While families made their yearly pilgrimage to cemeteries to place flowers on the graves of relatives about five hundred Hungarian soccer fans went to the southern Slovak town of Dunajská Streda (Dunaszerdahely) to create trouble. The town, situated fairly close to the Slovak-Hungarian border, is predominantly Hungarian. Of the 23,000 inhabitants the Slovak population is no more than about 3,000.
The soccer match between Slovan Bratislava and the locals was unlikely to be a nailbiter. But the stadium, seating 10,000, was filled. One thousand people came from Bratislava and there was a contingent of 500 from Hungary. The Slovak police must have known that trouble was brewing because about 1,000 policemen were ordered to the scene. The police led the three groups to the stadium along different routes. There was a route for the locals, another for people from Bratislava, and still another for the Hungarian visitors. The Bratislava group was attacked en route: rocks were thrown at them. Some people were arrested at that junction.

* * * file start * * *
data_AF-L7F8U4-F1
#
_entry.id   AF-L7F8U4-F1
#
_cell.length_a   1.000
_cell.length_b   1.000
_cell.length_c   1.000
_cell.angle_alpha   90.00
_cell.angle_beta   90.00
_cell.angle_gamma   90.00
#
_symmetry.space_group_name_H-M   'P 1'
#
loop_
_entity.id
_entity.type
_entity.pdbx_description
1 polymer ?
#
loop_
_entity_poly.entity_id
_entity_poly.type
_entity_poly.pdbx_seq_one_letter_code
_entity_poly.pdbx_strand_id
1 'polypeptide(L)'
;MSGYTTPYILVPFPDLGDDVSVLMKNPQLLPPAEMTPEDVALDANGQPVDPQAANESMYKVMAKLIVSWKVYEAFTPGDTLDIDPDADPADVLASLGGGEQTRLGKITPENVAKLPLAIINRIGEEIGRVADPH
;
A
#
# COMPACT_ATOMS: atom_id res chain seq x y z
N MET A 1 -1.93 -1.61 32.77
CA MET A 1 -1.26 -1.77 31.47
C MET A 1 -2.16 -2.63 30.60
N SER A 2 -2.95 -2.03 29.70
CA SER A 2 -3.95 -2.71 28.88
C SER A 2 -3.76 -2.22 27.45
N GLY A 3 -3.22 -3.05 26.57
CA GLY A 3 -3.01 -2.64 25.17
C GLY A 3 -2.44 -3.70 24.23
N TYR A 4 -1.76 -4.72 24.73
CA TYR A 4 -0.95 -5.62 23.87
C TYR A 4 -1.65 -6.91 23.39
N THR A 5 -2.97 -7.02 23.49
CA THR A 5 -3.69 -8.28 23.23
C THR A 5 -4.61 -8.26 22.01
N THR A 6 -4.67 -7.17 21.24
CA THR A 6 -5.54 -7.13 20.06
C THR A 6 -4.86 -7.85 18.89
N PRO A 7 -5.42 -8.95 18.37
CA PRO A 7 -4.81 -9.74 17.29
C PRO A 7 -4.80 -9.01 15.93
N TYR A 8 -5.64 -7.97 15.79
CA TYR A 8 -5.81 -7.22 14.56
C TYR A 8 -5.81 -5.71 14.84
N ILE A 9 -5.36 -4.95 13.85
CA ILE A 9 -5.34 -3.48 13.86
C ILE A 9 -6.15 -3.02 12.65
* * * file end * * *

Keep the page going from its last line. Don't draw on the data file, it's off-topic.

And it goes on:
The Hungarians called attention to themselves by displaying signs saying: Perseverence (Kitartás). Unfortunately that was the customary greeting of Hungarian Nazis in the late 30's and 40's. The stadium was full about an hour before kickoff, and the two sides spent the time screaming obscenities at each other. Just before the match began the locals and the Hungarian visitors sang the Hungarian national anthem. At last play started, but after eighteen minutes the referee had to stop the match because the people from Bratislava threw a smoke bomb onto the field. According to the reporter of the Hungarian newspaper, Népszabadság, the police didn't do anything to the Bratislava crowd but attacked the locals and the Hungarian visitors. Perhaps the reason was the flags that the Hungarians displayed. On one of them at least one can clearly see the map of historical Greater Hungary. (Here is the picture.) Now, surely, whoever takes along a flag like that to Slovakia is looking for trouble. If the locals and the Hungarian visitors sang the Hungarian national anthem at the beginning, after the Bratislava team won it was time to sing the Slovak anthem by the visitors from Bratislava.
I think that this episode on All Saints' Day tells a lot about Slovak-Hungarian relations. More than that, it tells a lot about the relation between the Slovaks and Slovakia's Hungarian minority. There is every reason to be worried.